Posted by: GasLightStreet ()
Date: September 9, 2022 05:46

I may've said it earlier in the thread but...

This release is vying for the greatest live Stones release ever.

GYYO! has always been number one for me. LIVE IN TEXAS surpassed all other previous live albums.

But MOCAMBO might... I dunno. I get the aspect of its time, but the retrospect in regard to their live discography, official or Eagle Rock releases...

It's definitely Top 3.

Re: The Rolling Stones Live at the El Mocambo
Posted by: treaclefingers ()
Date: September 9, 2022 07:57

Quote
GasLightStreet
I may've said it earlier in the thread but...

This release is vying for the greatest live Stones release ever.

GYYO! has always been number one for me. LIVE IN TEXAS surpassed all other previous live albums.

But MOCAMBO might... I dunno. I get the aspect of its time, but the retrospect in regard to their live discography, official or Eagle Rock releases...

It's definitely Top 3.

It makes me wonder what we'd be thinking if this had been released instead of LYL 77. I've never loved that album, save side 3. If they had released Mocambo in it's entirety in 77, and Brussels in 73...I mean think of that Live album legacy...those 3 released contemporaneously. Staggering.

Re: The Rolling Stones Live at the El Mocambo
Posted by: tomcat2006 ()
Date: September 9, 2022 08:59

It's shot up to my #1 live album... brilliant, pure Rolling Stones. It rocks.

Re: The Rolling Stones Live at the El Mocambo
Posted by: Doxa ()
Date: September 9, 2022 09:23

Quote
treaclefingers
Quote
GasLightStreet
I may've said it earlier in the thread but...

This release is vying for the greatest live Stones release ever.

GYYO! has always been number one for me. LIVE IN TEXAS surpassed all other previous live albums.

But MOCAMBO might... I dunno. I get the aspect of its time, but the retrospect in regard to their live discography, official or Eagle Rock releases...

It's definitely Top 3.

It makes me wonder what we'd be thinking if this had been released instead of LYL 77. I've never loved that album, save side 3. If they had released Mocambo in it's entirety in 77, and Brussels in 73...I mean think of that Live album legacy...those 3 released contemporaneously. Staggering.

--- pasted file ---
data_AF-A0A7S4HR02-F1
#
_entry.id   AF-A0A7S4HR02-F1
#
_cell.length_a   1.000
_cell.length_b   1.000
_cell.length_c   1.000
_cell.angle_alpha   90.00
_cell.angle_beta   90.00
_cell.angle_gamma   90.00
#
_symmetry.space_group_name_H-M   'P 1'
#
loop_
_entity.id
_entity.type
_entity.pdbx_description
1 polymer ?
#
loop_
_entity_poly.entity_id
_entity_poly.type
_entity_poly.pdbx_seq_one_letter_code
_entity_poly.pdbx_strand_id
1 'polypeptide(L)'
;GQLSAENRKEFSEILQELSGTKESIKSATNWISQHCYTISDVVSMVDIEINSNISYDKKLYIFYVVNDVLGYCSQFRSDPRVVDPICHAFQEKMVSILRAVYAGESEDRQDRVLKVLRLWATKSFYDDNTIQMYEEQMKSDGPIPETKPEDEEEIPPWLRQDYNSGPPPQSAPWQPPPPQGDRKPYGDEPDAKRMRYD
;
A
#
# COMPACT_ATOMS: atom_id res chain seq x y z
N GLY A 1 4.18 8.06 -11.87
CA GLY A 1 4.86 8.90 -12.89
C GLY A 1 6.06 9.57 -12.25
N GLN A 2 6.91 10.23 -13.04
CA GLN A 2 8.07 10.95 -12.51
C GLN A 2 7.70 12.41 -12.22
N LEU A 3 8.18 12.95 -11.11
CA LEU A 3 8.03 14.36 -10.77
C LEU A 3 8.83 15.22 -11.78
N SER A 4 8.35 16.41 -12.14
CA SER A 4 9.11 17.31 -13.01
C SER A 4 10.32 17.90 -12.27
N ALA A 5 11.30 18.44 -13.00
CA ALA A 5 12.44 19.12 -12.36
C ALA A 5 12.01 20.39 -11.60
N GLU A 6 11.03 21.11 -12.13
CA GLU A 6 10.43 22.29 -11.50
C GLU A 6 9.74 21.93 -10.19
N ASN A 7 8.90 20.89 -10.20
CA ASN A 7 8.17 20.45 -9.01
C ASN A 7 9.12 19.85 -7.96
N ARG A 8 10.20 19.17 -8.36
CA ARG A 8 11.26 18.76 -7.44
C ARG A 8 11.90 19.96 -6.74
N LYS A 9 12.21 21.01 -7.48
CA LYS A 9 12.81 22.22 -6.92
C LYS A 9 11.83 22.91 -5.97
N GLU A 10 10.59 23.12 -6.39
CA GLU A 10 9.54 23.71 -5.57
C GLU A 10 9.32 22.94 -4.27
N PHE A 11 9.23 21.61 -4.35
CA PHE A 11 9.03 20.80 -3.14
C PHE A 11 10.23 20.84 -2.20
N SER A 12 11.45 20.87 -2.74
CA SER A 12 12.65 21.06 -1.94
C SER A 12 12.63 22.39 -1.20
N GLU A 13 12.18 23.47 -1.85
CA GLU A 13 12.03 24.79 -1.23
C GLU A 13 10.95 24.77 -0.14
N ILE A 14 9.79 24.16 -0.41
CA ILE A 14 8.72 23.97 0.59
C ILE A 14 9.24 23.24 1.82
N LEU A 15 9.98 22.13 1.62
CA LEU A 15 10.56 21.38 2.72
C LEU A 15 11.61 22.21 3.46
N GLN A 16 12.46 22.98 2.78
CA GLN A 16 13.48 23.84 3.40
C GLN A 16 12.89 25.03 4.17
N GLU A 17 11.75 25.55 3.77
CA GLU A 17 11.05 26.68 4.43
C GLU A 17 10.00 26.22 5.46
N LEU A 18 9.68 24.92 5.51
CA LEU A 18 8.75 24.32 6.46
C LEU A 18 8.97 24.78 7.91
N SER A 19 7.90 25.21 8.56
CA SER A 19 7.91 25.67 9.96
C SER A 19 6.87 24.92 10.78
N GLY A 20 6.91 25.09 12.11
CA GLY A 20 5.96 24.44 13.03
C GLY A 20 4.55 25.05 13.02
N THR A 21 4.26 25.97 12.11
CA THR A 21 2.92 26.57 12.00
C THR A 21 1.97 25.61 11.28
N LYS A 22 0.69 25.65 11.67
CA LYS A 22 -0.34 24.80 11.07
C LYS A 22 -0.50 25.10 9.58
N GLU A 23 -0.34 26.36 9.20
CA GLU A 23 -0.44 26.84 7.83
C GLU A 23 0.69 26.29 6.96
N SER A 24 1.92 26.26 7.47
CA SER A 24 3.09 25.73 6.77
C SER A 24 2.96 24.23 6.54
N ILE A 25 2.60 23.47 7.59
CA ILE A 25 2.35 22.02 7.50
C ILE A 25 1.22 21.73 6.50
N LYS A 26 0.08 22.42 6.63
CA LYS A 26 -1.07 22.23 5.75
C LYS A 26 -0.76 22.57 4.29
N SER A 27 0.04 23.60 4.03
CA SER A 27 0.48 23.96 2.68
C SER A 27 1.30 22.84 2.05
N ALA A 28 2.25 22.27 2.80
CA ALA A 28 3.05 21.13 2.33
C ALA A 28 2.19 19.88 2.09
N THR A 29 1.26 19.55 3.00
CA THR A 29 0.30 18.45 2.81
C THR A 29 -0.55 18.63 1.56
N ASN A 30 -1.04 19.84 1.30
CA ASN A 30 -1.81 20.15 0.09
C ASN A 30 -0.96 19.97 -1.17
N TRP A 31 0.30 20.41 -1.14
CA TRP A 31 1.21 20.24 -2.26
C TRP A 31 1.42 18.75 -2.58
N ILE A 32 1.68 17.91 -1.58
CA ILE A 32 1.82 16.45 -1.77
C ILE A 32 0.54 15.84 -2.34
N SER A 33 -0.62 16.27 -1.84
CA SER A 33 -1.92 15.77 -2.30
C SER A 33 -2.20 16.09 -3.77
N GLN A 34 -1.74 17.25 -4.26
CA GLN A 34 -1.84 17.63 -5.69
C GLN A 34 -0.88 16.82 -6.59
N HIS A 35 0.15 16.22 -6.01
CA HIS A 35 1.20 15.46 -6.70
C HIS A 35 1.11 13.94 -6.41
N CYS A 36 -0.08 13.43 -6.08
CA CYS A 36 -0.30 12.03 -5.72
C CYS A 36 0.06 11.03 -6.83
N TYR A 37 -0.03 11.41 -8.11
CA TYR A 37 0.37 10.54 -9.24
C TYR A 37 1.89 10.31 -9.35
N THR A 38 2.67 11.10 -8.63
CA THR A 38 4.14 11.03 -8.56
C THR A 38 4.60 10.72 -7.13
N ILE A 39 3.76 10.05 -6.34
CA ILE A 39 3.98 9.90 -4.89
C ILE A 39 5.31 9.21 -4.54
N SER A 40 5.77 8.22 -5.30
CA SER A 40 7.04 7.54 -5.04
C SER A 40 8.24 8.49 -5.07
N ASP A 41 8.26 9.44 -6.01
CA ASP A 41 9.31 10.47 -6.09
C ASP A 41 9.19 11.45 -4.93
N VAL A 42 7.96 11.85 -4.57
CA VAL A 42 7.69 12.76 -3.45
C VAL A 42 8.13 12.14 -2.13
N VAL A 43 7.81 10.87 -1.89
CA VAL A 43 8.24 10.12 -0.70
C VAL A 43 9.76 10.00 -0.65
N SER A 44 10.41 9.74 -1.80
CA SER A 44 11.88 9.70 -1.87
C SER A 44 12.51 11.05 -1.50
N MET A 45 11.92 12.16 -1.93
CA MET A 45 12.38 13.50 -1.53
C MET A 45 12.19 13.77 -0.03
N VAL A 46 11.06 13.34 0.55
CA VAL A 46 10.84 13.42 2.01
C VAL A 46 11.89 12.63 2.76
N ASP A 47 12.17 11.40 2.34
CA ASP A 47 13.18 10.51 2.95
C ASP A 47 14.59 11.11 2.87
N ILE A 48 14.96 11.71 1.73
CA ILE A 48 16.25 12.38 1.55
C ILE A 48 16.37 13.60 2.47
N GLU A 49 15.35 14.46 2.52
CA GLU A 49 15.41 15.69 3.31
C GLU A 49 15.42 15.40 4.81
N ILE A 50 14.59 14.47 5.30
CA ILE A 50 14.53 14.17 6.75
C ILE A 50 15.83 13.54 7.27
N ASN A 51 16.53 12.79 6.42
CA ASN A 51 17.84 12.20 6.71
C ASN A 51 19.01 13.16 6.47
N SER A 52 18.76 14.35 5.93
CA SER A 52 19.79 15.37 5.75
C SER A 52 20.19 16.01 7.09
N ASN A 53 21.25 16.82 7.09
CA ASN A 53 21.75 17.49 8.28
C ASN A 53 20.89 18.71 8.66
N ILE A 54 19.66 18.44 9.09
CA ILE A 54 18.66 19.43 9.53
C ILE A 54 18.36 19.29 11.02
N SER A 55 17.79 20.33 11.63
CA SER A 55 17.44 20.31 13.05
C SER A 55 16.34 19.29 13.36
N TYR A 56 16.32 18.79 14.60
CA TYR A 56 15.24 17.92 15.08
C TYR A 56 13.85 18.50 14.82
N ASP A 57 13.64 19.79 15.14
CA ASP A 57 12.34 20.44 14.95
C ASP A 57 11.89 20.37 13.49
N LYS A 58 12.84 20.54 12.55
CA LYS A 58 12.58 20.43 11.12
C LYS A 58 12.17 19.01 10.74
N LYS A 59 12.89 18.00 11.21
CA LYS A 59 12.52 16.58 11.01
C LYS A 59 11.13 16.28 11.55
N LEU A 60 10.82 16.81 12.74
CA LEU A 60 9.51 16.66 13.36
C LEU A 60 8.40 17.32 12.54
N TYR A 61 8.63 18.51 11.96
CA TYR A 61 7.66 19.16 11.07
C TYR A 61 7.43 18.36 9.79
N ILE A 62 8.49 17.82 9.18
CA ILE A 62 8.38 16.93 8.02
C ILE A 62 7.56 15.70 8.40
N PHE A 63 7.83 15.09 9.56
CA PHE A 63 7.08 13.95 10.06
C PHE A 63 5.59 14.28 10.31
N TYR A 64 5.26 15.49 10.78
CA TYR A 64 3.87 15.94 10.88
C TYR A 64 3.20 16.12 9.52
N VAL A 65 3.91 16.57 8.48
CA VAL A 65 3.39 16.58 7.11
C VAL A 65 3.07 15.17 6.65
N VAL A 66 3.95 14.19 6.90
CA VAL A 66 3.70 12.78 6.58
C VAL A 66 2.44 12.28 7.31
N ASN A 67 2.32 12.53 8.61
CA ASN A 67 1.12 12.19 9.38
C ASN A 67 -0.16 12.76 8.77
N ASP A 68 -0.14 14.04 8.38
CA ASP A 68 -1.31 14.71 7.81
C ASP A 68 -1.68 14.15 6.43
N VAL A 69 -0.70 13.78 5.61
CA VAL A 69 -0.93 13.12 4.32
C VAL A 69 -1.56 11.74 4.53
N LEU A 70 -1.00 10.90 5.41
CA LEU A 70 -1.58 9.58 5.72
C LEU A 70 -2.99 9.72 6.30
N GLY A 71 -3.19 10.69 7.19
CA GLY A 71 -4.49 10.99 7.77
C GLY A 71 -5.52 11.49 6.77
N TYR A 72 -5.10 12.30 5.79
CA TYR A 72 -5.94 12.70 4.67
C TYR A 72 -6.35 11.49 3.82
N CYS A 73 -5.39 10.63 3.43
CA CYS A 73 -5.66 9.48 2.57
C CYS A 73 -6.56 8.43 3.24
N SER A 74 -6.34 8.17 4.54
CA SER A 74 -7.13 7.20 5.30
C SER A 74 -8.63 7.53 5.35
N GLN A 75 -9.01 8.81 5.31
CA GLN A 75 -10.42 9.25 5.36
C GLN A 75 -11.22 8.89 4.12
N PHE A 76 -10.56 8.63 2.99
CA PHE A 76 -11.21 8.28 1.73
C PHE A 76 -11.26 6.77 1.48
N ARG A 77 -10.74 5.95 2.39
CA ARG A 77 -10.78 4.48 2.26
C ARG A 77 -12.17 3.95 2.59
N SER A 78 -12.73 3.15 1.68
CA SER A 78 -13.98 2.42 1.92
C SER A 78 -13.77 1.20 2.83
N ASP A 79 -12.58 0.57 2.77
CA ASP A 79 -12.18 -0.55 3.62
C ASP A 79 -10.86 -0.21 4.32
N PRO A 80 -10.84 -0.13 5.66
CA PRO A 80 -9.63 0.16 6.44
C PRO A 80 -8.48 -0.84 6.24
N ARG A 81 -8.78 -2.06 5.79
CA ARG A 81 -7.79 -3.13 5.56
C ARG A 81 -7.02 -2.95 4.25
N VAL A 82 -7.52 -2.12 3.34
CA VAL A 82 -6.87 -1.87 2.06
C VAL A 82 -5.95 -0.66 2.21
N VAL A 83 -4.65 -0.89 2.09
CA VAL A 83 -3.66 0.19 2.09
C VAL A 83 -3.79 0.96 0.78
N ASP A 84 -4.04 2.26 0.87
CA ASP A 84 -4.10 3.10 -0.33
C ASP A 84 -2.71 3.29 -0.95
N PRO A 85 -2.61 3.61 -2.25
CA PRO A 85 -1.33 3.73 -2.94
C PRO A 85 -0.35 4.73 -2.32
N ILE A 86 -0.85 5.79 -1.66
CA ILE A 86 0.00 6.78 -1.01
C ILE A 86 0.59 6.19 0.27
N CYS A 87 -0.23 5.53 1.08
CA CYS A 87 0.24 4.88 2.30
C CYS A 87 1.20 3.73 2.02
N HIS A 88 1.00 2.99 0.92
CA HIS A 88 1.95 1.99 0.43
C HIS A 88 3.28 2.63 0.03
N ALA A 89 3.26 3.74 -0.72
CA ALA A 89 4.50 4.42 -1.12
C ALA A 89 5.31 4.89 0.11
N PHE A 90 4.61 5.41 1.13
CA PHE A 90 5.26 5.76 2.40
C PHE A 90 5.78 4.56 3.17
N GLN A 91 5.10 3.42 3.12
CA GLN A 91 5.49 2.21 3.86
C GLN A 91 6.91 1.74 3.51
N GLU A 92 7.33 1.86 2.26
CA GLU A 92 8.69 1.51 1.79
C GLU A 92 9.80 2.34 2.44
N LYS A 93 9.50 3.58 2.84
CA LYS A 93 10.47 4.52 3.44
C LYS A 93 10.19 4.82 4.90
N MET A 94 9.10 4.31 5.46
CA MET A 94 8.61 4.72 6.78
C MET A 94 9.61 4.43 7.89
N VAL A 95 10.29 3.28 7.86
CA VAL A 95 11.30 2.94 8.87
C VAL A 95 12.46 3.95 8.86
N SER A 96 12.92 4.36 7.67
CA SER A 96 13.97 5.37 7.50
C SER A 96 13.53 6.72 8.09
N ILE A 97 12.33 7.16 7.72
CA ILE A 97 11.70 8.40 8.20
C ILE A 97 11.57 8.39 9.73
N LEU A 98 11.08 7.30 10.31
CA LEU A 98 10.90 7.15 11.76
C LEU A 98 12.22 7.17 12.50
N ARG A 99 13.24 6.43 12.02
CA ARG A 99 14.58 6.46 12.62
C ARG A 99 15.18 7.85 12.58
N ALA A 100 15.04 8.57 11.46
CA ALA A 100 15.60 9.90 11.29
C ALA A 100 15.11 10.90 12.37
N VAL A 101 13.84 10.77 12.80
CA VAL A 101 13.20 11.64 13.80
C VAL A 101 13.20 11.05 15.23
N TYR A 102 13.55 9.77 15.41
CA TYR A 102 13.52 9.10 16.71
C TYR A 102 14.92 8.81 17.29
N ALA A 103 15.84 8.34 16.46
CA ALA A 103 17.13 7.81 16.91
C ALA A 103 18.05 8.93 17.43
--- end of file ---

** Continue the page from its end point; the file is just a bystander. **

You have a point there. It's a bit sad case that LOVE YOU LIVE was at the time the only live album to represent the 70's live Stones. It gives a way too weak idea what the band was like in that decade. Great that they are now adding missing pieces, but that is just for us diehards, not affecting to the picture the band had at the time.

Had Klein people not fvcked up the 'great lost live album' from 1972 the picture might have been different.

EDIT: I recall when I first heard Brussels '73 (BEDSPRING SYMPHONY was my bootleg called). I couldn't believe my ears how incredible that sounded. Can they really be that great?!

- Doxa



Edited 3 time(s). Last edit at 2022-09-09 09:29 by Doxa.

Re: The Rolling Stones Live at the El Mocambo
Posted by: retired_dog ()
Date: September 9, 2022 10:08

Quote
Doxa
Quote
treaclefingers
Quote
GasLightStreet
I may've said it earlier in the thread but...

This release is vying for the greatest live Stones release ever.

GYYO! has always been number one for me. LIVE IN TEXAS surpassed all other previous live albums.

But MOCAMBO might... I dunno. I get the aspect of its time, but the retrospect in regard to their live discography, official or Eagle Rock releases...

It's definitely Top 3.

It makes me wonder what we'd be thinking if this had been released instead of LYL 77. I've never loved that album, save side 3. If they had released Mocambo in it's entirety in 77, and Brussels in 73...I mean think of that Live album legacy...those 3 released contemporaneously. Staggering.

You have a point there. It's a bit sad case that LOVE YOU LIVE was at the time the only live album to represent the 70's live Stones. It gives a way too weak idea what the band was like in that decade. Great that they are now adding missing pieces, but that is just for us diehards, not affecting to the picture the band had at the time.

Had Klein people not fvcked up the 'great lost live album' from 1972 the picture might have been different.

EDIT: I recall when I first heard Brussels '73 (BEDSPRING SYMPHONY was my bootleg called). I couldn't believe my ears how incredible that sounded. Can they really be that great?!

- Doxa

And that's the reason why the Stones kinda "tolerated" bootlegs because they were very well aware that they added to their legacy. Their legal settlement with Klein hindered official releases of studio or live re-recordings of songs that were originally recorded for ABKCO for a period of 5 years without Klein's permission. The only way to make 1971-1975 live recordings of ABKCO-era songs available to the public was radio broadcasting (Leeds 1971/Europe 1973) and the "magic of bootlegging". It was even rumoured back then that the band themselves gave out certain studio material like CS Blues or Chess Sessions that were legally not under their control to underground people, however no hard facts are available and the band would never confirm this.